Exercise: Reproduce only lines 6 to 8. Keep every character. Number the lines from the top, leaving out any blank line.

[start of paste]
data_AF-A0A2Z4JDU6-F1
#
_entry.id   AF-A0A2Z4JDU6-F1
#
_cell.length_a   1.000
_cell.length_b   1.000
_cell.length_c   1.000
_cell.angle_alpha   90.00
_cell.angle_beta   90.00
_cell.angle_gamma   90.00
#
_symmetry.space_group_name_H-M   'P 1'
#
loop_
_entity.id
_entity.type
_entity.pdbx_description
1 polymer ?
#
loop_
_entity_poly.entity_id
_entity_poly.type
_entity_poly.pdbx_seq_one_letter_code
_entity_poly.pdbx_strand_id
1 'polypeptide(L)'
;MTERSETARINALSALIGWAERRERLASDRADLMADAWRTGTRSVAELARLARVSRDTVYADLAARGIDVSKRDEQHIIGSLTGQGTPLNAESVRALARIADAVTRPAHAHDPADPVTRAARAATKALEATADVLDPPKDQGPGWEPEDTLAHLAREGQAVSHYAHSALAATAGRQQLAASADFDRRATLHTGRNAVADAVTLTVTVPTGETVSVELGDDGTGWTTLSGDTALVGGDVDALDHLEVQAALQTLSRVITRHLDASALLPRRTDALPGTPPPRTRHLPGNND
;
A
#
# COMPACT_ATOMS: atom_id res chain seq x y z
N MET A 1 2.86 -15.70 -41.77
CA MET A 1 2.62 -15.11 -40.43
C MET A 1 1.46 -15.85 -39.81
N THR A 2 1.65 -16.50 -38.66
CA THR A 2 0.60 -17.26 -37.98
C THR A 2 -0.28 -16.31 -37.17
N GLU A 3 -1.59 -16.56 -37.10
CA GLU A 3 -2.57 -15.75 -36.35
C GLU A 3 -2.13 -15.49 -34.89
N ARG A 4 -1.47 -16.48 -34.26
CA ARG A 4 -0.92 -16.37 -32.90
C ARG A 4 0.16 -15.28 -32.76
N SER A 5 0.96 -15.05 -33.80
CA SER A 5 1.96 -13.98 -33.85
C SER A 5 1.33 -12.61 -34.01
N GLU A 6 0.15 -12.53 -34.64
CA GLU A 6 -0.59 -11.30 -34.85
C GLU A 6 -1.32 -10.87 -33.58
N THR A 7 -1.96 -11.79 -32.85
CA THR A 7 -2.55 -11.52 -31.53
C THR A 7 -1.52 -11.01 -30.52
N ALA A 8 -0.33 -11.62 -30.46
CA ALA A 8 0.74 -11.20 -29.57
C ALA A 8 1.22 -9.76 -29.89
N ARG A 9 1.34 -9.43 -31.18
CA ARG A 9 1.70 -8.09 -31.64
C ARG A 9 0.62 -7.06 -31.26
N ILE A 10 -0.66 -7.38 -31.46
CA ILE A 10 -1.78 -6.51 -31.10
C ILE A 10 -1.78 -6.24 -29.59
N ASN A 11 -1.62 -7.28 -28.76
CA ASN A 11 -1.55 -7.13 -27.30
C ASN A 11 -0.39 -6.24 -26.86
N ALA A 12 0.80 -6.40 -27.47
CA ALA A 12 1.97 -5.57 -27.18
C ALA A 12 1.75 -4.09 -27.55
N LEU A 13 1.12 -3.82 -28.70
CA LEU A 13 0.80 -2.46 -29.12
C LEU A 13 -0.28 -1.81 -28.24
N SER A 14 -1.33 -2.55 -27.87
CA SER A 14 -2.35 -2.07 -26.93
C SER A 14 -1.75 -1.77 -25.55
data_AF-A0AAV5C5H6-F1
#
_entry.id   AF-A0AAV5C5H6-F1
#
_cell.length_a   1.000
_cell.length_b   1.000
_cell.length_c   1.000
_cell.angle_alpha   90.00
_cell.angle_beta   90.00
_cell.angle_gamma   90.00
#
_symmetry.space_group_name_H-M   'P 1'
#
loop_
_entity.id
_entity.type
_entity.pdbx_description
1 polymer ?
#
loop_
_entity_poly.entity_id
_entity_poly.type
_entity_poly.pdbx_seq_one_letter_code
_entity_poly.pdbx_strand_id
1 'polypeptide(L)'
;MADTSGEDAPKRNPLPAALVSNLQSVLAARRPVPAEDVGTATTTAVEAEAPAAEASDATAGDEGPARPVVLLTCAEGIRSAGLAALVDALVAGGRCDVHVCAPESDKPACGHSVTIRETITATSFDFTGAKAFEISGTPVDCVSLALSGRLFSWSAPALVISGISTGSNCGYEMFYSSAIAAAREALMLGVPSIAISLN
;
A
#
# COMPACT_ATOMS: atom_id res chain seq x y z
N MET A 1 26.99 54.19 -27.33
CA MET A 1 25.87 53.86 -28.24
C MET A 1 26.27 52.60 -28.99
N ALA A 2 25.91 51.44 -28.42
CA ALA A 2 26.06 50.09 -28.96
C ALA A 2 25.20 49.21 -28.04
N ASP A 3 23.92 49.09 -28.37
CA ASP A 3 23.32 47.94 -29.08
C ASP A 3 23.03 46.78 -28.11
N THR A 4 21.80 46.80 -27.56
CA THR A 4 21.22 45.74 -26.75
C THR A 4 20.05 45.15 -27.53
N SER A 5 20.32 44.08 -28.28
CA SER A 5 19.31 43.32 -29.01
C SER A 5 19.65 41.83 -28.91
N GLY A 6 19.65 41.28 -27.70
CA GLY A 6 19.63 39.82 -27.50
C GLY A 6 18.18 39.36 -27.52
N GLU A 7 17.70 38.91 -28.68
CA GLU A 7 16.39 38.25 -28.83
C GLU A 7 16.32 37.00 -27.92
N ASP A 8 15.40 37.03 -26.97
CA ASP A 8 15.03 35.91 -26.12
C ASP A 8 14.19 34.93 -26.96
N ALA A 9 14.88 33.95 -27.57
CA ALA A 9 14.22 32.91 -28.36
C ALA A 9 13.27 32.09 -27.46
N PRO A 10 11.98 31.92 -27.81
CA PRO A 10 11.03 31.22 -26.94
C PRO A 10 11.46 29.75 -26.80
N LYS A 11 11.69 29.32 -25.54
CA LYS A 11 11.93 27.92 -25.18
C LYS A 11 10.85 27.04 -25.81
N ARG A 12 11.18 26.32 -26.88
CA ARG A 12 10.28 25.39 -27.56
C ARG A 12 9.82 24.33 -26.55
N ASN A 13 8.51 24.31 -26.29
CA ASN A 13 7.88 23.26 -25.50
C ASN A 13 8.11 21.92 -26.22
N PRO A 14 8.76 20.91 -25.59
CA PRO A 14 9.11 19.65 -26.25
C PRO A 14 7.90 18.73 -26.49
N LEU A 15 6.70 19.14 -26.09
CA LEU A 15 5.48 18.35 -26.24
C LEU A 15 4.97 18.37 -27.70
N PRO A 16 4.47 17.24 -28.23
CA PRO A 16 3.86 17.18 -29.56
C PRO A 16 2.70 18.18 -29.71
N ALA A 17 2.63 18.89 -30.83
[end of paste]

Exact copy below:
_cell.length_b   1.000
_cell.length_c   1.000
_cell.angle_alpha   90.00